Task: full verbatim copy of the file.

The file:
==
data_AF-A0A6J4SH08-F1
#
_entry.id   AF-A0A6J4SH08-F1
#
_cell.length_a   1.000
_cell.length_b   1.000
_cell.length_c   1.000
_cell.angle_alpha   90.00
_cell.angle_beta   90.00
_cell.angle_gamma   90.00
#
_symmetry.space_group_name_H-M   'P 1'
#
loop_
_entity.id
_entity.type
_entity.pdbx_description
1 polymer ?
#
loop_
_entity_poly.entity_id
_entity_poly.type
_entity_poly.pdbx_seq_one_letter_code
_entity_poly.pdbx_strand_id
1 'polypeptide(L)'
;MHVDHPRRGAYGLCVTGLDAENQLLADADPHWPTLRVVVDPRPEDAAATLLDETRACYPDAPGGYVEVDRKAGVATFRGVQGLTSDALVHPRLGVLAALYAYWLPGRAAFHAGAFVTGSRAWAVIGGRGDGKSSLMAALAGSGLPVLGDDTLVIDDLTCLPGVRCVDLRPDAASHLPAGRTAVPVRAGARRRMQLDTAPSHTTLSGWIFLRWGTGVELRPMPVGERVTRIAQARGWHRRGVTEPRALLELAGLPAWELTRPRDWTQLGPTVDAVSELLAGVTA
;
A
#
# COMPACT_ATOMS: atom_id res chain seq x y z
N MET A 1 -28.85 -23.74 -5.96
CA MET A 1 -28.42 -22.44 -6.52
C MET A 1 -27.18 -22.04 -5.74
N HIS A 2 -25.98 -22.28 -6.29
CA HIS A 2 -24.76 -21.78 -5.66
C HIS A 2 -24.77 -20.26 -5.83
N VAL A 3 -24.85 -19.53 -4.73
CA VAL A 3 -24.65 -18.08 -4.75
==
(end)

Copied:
data_AF-A0A6J4SH08-F1
#
_entry.id   AF-A0A6J4SH08-F1
#
_cell.length_a   1.000
_cell.length_b   1.000
_cell.length_c   1.000
_cell.angle_alpha   90.00
_cell.angle_beta   90.00
_cell.angle_gamma   90.00
#
_symmetry.space_group_name_H-M   'P 1'
#
loop_
_entity.id
_entity.type
_entity.pdbx_description
1 polymer ?
#
loop_
_entity_poly.entity_id
_entity_poly.type
_entity_poly.pdbx_seq_one_letter_code
_entity_poly.pdbx_strand_id
1 'polypeptide(L)'
;MHVDHPRRGAYGLCVTGLDAENQLLADADPHWPTLRVVVDPRPEDAAATLLDETRACYPDAPGGYVEVDRKAGVATFRGVQGLTSDALVHPRLGVLAALYAYWLPGRAAFHAGAFVTGSRAWAVIGGRGDGKSSLMAALAGSGLPVLGDDTLVIDDLTCLPGVRCVDLRPDAASHLPAGRTAVPVRAGARRRMQLDTAPSHTTLSGWIFLRWGTGVELRPMPVGERVTRIAQARGWHRRGVTEPRALLELAGLPAWELTRPRDWTQLGPTVDAVSELLAGVTA
;
A
#
# COMPACT_ATOMS: atom_id res chain seq x y z
N MET A 1 -28.85 -23.74 -5.96
CA MET A 1 -28.42 -22.44 -6.52
C MET A 1 -27.18 -22.04 -5.74
N HIS A 2 -25.98 -22.28 -6.29
CA HIS A 2 -24.76 -21.78 -5.66
C HIS A 2 -24.77 -20.26 -5.83
N VAL A 3 -24.85 -19.53 -4.73
CA VAL A 3 -24.65 -18.08 -4.75